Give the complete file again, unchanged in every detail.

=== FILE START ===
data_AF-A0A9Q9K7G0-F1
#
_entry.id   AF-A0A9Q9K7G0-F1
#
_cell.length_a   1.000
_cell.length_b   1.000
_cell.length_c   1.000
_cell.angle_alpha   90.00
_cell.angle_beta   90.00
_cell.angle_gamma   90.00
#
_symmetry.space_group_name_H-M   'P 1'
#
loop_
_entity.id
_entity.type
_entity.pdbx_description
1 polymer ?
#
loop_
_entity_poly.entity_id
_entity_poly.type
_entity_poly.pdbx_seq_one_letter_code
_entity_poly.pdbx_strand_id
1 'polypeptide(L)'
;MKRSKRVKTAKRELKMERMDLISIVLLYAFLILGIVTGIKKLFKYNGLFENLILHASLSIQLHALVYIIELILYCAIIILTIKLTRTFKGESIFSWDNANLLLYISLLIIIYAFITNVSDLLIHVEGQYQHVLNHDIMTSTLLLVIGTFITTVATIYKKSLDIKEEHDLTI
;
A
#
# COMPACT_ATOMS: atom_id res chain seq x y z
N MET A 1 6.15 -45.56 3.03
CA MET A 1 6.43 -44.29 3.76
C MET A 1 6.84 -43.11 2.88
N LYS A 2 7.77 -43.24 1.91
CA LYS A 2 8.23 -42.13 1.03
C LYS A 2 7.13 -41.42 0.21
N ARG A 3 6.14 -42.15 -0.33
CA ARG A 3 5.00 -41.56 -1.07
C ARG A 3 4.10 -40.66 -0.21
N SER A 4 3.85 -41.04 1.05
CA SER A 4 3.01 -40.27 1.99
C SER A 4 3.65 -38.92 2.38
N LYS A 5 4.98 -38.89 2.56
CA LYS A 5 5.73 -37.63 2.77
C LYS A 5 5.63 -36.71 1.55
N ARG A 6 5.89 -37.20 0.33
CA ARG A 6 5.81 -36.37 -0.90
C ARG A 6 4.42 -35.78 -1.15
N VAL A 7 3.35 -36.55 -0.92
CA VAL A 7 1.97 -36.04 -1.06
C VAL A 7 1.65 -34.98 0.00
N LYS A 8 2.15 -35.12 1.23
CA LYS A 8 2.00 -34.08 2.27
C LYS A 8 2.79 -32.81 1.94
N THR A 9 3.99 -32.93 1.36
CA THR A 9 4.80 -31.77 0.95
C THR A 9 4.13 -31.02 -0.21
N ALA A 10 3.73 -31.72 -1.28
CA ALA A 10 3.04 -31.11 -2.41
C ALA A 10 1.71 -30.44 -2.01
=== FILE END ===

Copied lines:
data_AF-A0A9Q9K7G0-F1
#
_entry.id   AF-A0A9Q9K7G0-F1
#
_cell.length_a   1.000
_cell.length_b   1.000
_cell.length_c   1.000
_cell.angle_alpha   90.00
_cell.angle_beta   90.00
_cell.angle_gamma   90.00
#
_symmetry.space_group_name_H-M   'P 1'
#
loop_
_entity.id
_entity.type
_entity.pdbx_description
1 polymer ?
#
loop_
_entity_poly.entity_id
_entity_poly.type
_entity_poly.pdbx_seq_one_letter_code
_entity_poly.pdbx_strand_id
1 'polypeptide(L)'
;MKRSKRVKTAKRELKMERMDLISIVLLYAFLILGIVTGIKKLFKYNGLFENLILHASLSIQLHALVYIIELILYCAIIILTIKLTRTFKGESIFSWDNANLLLYISLLIIIYAFITNVSDLLIHVEGQYQHVLNHDIMTSTLLLVIGTFITTVATIYKKSLDIKEEHDLTI
;
A
#
# COMPACT_ATOMS: atom_id res chain seq x y z
N MET A 1 6.15 -45.56 3.03
CA MET A 1 6.43 -44.29 3.76
C MET A 1 6.84 -43.11 2.88
N LYS A 2 7.77 -43.24 1.91
CA LYS A 2 8.23 -42.13 1.03
C LYS A 2 7.13 -41.42 0.21
N ARG A 3 6.14 -42.15 -0.33
CA ARG A 3 5.00 -41.56 -1.07
C ARG A 3 4.10 -40.66 -0.21
N SER A 4 3.85 -41.04 1.05
CA SER A 4 3.01 -40.27 1.99
C SER A 4 3.65 -38.92 2.38
N LYS A 5 4.98 -38.89 2.56
CA LYS A 5 5.73 -37.63 2.77
C LYS A 5 5.63 -36.71 1.55
N ARG A 6 5.89 -37.20 0.33
CA ARG A 6 5.81 -36.37 -0.90
C ARG A 6 4.42 -35.78 -1.15
N VAL A 7 3.35 -36.55 -0.92
CA VAL A 7 1.97 -36.04 -1.06
C VAL A 7 1.65 -34.98 0.00
N LYS A 8 2.15 -35.12 1.23
CA LYS A 8 2.00 -34.08 2.27
C LYS A 8 2.79 -32.81 1.94
N THR A 9 3.99 -32.93 1.36
CA THR A 9 4.80 -31.77 0.95
C THR A 9 4.13 -31.02 -0.21
N ALA A 10 3.73 -31.72 -1.28
CA ALA A 10 3.04 -31.11 -2.41
C ALA A 10 1.71 -30.44 -2.01